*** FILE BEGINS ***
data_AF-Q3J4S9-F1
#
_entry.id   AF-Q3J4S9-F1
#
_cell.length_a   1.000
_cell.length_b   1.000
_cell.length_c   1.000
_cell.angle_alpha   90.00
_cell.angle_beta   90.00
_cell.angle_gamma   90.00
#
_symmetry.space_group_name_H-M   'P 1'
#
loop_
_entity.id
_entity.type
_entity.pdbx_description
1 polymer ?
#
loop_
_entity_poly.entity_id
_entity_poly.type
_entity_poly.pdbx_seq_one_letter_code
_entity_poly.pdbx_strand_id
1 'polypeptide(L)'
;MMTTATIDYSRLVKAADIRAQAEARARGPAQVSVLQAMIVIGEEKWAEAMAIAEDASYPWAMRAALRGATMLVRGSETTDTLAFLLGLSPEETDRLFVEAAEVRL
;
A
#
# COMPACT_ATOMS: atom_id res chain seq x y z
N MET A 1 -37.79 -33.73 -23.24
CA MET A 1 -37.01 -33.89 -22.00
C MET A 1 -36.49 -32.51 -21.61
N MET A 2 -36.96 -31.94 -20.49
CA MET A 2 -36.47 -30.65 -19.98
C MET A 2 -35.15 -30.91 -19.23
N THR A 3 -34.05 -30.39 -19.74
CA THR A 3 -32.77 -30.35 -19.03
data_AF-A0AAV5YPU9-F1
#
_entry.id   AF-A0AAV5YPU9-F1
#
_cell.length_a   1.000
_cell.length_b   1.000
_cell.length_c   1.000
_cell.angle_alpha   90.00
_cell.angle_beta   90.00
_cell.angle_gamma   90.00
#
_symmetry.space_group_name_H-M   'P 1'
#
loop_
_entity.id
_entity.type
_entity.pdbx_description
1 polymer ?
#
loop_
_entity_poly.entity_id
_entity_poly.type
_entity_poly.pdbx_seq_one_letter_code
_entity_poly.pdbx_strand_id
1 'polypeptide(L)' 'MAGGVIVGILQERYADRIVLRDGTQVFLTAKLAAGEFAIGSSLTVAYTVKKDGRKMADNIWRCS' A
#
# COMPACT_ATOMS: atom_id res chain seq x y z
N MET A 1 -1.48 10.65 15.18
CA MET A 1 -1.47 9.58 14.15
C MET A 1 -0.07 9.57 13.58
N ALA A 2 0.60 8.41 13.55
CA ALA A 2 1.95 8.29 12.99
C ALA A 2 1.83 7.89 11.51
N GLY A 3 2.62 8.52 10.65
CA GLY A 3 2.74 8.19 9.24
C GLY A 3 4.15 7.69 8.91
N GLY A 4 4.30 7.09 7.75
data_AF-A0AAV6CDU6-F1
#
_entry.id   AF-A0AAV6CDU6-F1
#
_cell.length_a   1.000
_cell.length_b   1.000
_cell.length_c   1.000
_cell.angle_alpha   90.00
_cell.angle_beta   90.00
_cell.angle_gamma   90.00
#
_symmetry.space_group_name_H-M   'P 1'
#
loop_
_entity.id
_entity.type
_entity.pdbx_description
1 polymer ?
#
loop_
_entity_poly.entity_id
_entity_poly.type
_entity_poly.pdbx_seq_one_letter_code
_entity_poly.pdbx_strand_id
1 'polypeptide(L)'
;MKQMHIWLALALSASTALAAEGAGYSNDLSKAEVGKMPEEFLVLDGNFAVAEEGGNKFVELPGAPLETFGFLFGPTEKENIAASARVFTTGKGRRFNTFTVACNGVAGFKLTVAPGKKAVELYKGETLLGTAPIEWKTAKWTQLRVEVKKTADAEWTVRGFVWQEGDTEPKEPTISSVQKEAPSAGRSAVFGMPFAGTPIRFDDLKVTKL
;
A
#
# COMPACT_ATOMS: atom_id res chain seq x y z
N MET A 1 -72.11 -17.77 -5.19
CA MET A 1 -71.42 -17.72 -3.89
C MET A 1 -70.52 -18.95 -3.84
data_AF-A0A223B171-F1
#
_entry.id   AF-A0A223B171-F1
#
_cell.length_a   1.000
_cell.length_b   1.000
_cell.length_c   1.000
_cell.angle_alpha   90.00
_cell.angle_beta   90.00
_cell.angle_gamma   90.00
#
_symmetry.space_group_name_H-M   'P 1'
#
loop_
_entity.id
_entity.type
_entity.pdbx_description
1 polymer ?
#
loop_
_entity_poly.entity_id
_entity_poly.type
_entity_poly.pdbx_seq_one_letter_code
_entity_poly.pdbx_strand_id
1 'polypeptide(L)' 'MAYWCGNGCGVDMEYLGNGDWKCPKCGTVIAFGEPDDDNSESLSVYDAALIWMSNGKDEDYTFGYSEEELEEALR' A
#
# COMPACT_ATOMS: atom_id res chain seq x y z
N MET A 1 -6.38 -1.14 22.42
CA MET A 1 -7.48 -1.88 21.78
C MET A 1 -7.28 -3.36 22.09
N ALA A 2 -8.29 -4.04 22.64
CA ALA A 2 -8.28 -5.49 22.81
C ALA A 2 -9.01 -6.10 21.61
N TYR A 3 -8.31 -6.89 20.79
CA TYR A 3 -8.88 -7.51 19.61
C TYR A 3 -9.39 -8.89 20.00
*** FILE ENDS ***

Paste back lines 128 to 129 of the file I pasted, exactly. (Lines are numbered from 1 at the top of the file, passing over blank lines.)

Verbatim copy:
loop_
_entity_poly.entity_id